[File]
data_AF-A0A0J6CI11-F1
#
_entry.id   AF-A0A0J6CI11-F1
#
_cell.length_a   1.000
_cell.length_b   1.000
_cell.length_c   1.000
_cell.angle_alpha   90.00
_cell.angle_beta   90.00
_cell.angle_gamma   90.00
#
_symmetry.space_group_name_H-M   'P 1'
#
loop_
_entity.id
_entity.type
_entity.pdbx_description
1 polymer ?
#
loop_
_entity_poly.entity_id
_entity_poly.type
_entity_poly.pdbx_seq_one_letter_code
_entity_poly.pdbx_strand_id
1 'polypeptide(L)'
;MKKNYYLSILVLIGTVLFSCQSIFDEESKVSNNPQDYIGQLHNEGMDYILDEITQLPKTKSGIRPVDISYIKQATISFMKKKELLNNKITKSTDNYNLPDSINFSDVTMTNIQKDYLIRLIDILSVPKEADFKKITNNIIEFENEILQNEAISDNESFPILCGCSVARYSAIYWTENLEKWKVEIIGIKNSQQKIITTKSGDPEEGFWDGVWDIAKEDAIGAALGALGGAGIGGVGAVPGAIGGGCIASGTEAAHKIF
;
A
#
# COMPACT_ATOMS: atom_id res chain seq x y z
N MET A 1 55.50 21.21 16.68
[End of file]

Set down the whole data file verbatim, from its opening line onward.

data_AF-A0A0J6CI11-F1
#
_entry.id   AF-A0A0J6CI11-F1
#
_cell.length_a   1.000
_cell.length_b   1.000
_cell.length_c   1.000
_cell.angle_alpha   90.00
_cell.angle_beta   90.00
_cell.angle_gamma   90.00
#
_symmetry.space_group_name_H-M   'P 1'
#
loop_
_entity.id
_entity.type
_entity.pdbx_description
1 polymer ?
#
loop_
_entity_poly.entity_id
_entity_poly.type
_entity_poly.pdbx_seq_one_letter_code
_entity_poly.pdbx_strand_id
1 'polypeptide(L)'
;MKKNYYLSILVLIGTVLFSCQSIFDEESKVSNNPQDYIGQLHNEGMDYILDEITQLPKTKSGIRPVDISYIKQATISFMKKKELLNNKITKSTDNYNLPDSINFSDVTMTNIQKDYLIRLIDILSVPKEADFKKITNNIIEFENEILQNEAISDNESFPILCGCSVARYSAIYWTENLEKWKVEIIGIKNSQQKIITTKSGDPEEGFWDGVWDIAKEDAIGAALGALGGAGIGGVGAVPGAIGGGCIASGTEAAHKIF
;
A
#
# COMPACT_ATOMS: atom_id res chain seq x y z
N MET A 1 55.50 21.21 16.68